DETROIT - Detroiter's get it. They know banks received a $700 billion, taxpayer supported bailout but defiantly continue to force people out of their homes. Thus it was not surprising when Occupy Detroit issued a call to march to the offices of Bank of America (BOA) last Friday to demand they immediately implement a moratorium on foreclosures, hundreds enthusiastically responded.
It may have been one of Detroit's more spirited marches in recent memory and those spirits rose even higher when marchers arrived at the bank's headquarters. A large group, including many union members was already there, waiting to greet them.
United Auto Workers member Lee Schleicher came to show solidarity with those who are losing their homes. It irks her that the money given to banks never filtered down to the community. "They just held onto it; they are not taking care of people," she said.
For Tanya Sharon of West Bloomfield the issue hit close to home. Her brother's house was foreclosed when the bank refused his efforts to renegotiate the loan. "We paid taxpayer money to have them negotiate for better mortgages and they are not," she charged.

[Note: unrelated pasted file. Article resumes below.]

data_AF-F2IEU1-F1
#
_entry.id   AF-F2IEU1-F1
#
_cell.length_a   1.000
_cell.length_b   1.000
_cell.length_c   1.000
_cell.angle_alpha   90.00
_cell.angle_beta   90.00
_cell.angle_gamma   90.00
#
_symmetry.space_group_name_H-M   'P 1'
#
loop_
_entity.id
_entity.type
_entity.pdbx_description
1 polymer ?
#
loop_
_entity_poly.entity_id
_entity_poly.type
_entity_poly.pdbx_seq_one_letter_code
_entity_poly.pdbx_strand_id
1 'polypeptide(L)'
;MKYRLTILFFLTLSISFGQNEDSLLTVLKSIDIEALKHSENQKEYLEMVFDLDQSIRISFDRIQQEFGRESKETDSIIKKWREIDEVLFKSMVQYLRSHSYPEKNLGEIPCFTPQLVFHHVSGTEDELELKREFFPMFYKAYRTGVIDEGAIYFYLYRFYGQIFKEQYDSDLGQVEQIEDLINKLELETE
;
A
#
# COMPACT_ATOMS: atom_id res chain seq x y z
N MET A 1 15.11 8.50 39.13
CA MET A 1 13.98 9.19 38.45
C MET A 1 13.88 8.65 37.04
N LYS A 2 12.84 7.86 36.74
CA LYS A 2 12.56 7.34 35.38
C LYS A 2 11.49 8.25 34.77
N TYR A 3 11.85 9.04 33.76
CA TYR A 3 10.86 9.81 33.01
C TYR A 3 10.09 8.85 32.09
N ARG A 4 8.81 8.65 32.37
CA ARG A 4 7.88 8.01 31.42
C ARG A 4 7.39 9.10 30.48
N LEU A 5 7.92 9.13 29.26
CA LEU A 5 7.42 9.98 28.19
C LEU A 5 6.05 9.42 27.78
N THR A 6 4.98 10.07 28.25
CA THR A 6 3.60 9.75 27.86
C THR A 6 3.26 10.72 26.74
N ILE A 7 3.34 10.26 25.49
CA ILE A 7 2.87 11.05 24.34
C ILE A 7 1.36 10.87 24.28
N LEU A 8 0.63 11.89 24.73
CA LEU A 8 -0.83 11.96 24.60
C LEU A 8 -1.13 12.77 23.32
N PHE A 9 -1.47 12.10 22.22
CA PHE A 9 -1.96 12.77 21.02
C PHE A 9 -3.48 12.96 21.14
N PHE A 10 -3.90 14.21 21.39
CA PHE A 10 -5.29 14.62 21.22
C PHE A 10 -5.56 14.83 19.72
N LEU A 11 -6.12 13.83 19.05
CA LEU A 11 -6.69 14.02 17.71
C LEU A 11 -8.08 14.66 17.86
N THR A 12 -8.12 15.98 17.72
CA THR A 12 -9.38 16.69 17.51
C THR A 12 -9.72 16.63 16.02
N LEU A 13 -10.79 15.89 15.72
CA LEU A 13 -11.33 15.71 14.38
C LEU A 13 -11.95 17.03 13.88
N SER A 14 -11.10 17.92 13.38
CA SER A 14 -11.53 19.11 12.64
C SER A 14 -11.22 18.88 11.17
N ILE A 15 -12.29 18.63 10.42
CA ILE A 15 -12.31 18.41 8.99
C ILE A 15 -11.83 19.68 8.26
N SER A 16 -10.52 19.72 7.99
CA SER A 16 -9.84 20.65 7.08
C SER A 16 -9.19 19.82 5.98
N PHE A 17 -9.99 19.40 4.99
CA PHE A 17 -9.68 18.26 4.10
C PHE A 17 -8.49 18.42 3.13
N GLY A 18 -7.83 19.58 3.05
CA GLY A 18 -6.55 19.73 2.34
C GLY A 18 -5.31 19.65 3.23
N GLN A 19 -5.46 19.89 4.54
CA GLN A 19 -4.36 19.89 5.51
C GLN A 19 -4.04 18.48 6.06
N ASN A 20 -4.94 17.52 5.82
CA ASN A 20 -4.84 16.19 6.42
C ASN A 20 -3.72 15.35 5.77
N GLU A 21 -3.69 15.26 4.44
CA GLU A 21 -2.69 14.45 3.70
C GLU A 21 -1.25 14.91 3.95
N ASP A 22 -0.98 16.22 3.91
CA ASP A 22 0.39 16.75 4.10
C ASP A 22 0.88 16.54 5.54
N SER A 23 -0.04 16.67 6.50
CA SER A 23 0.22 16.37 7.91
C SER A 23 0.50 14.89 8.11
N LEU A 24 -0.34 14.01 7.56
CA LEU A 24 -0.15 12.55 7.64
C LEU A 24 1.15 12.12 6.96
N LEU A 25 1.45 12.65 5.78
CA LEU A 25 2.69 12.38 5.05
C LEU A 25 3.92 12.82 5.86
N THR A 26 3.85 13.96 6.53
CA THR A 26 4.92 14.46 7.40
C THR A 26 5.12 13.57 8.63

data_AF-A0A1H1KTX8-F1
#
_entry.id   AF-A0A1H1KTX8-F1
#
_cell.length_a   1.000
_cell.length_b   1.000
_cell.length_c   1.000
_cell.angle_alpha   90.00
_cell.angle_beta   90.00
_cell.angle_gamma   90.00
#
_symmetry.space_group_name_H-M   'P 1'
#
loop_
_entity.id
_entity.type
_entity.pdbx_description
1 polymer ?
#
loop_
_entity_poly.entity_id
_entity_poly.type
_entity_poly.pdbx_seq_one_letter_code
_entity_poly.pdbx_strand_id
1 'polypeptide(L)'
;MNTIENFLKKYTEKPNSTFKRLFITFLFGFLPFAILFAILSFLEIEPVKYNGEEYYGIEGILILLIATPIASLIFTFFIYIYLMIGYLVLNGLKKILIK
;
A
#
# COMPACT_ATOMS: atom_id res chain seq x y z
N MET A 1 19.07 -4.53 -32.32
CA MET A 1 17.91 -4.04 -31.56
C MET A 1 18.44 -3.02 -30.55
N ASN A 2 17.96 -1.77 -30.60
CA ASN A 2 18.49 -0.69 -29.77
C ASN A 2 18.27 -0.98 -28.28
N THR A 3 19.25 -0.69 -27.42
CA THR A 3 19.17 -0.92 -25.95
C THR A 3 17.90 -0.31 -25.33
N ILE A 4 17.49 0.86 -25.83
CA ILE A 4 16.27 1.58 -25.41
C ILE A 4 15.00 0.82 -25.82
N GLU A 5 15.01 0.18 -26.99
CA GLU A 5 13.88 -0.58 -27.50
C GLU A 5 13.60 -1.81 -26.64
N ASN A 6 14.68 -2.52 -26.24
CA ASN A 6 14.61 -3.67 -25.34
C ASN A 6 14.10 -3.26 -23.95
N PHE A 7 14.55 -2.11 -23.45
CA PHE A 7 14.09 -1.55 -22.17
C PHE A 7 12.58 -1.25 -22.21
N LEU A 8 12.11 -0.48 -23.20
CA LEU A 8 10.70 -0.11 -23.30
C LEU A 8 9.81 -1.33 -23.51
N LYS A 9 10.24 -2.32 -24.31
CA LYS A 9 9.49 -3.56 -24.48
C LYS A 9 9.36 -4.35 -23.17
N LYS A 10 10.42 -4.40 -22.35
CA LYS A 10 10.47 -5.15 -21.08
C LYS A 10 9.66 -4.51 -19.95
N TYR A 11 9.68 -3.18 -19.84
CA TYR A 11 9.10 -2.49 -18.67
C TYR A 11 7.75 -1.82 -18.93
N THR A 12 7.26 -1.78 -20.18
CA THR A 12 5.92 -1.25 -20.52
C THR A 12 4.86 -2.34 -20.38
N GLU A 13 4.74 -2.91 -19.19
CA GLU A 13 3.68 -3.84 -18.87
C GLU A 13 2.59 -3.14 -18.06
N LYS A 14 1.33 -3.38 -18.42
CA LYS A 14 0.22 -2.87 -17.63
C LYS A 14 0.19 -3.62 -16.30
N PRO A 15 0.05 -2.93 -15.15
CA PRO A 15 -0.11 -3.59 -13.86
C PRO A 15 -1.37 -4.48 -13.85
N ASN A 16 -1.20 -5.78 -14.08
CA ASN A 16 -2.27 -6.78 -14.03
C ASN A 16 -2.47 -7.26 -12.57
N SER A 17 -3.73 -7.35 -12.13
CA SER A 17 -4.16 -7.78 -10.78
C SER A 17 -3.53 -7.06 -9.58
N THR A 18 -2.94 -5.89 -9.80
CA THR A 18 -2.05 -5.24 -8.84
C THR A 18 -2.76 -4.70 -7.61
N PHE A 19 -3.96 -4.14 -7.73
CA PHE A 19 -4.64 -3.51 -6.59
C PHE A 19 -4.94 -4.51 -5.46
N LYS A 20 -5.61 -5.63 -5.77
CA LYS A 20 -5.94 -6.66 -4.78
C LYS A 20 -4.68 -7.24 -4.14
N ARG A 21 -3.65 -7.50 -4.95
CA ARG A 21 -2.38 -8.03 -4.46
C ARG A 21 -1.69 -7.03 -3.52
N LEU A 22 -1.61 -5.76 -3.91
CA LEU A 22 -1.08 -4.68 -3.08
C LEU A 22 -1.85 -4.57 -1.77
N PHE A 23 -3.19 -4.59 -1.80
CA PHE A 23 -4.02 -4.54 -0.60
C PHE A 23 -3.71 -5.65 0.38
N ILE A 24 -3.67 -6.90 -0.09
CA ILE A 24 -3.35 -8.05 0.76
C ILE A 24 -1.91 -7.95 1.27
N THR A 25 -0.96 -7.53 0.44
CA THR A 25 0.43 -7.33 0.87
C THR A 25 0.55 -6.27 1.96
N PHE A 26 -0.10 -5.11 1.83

Barb Carter from Ferndale has been in the Occupy Detroit encampment since it started a week ago. She said the dismal future facing many of her generation is what drives them. "We are young and we are having everything taken away from us. We have little more to lose. We have no chance to get anything," she said.
Housing activist and Attorney Vanessa Fluker addressed the crowd on why the housing crisis cannot be solved solely through the courts. Fluker said, "I'm in court every day. Even if I won every case, you'd still have tens of thousands of people thrown out in the streets."
She and Rev. Rowe of Central United Methodist Church pointed out how banks make huge profits off of foreclosures and thus have little incentive to re-negotiate loans. Many homes have their loans insured through Fannie Mae or Freddie Mac. When a home falls into foreclosure banks are paid the full mortgage value even when the value of the home, like so many in the area, has fallen dramatically.
Occupier Tom Turner, a student at Wayne State University, said, "We are going to be here, come-hell-or high-water, through the winter. We're not leaving until things change." Turner also sees part of that change coming through the political process and urged people to "vote, vote, vote."
Another occupier, Joe McGuire said the protest against BOA has already resulted in one small victory. "From out last protest (Occupiers also had demonstrated in front of BOA earlier in the week) we know one foreclosure didn't go through that normally would have." McGuire and others understand that greater victories will require an even larger movement.
Photo: John Rummel/PW